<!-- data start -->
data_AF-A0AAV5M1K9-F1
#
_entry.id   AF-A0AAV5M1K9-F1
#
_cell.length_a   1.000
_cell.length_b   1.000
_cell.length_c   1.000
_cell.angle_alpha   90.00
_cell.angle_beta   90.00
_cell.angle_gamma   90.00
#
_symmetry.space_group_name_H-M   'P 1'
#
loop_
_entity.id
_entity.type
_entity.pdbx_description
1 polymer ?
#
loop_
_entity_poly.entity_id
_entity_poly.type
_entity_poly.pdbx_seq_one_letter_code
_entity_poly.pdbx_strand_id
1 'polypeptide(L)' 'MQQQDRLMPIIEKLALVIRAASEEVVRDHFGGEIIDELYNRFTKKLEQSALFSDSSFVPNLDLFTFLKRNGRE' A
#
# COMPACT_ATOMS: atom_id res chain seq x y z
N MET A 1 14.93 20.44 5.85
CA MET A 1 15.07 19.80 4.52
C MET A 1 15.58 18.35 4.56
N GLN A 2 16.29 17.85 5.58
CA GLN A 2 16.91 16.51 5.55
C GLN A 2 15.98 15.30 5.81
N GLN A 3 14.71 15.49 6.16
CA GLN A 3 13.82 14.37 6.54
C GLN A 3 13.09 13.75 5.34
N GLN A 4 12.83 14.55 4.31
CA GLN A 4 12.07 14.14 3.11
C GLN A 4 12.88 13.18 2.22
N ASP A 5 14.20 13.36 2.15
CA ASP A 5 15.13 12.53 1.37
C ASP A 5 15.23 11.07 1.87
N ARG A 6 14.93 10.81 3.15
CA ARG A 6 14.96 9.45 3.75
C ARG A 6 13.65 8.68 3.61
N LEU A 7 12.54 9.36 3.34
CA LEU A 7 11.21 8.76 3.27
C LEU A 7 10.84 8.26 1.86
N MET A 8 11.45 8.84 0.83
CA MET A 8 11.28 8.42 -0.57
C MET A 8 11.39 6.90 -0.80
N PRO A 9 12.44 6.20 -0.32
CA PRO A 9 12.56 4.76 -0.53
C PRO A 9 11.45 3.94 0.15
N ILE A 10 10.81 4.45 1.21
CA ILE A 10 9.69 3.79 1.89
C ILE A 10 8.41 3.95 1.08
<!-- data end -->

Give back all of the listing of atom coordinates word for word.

data_AF-A0AAV5M1K9-F1
#
_entry.id   AF-A0AAV5M1K9-F1
#
_cell.length_a   1.000
_cell.length_b   1.000
_cell.length_c   1.000
_cell.angle_alpha   90.00
_cell.angle_beta   90.00
_cell.angle_gamma   90.00
#
_symmetry.space_group_name_H-M   'P 1'
#
loop_
_entity.id
_entity.type
_entity.pdbx_description
1 polymer ?
#
loop_
_entity_poly.entity_id
_entity_poly.type
_entity_poly.pdbx_seq_one_letter_code
_entity_poly.pdbx_strand_id
1 'polypeptide(L)' 'MQQQDRLMPIIEKLALVIRAASEEVVRDHFGGEIIDELYNRFTKKLEQSALFSDSSFVPNLDLFTFLKRNGRE' A
#
# COMPACT_ATOMS: atom_id res chain seq x y z
N MET A 1 14.93 20.44 5.85
CA MET A 1 15.07 19.80 4.52
C MET A 1 15.58 18.35 4.56
N GLN A 2 16.29 17.85 5.58
CA GLN A 2 16.91 16.51 5.55
C GLN A 2 15.98 15.30 5.81
N GLN A 3 14.71 15.49 6.16
CA GLN A 3 13.82 14.37 6.54
C GLN A 3 13.09 13.75 5.34
N GLN A 4 12.83 14.55 4.31
CA GLN A 4 12.07 14.14 3.11
C GLN A 4 12.88 13.18 2.22
N ASP A 5 14.20 13.36 2.15
CA ASP A 5 15.13 12.53 1.37
C ASP A 5 15.23 11.07 1.87
N ARG A 6 14.93 10.81 3.15
CA ARG A 6 14.96 9.45 3.75
C ARG A 6 13.65 8.68 3.61
N LEU A 7 12.54 9.36 3.34
CA LEU A 7 11.21 8.76 3.27
C LEU A 7 10.84 8.26 1.86
N MET A 8 11.45 8.84 0.83
CA MET A 8 11.28 8.42 -0.57
C MET A 8 11.39 6.90 -0.80
N PRO A 9 12.44 6.20 -0.32
CA PRO A 9 12.56 4.76 -0.53
C PRO A 9 11.45 3.94 0.15
N ILE A 10 10.81 4.45 1.21
CA ILE A 10 9.69 3.79 1.89
C ILE A 10 8.41 3.95 1.08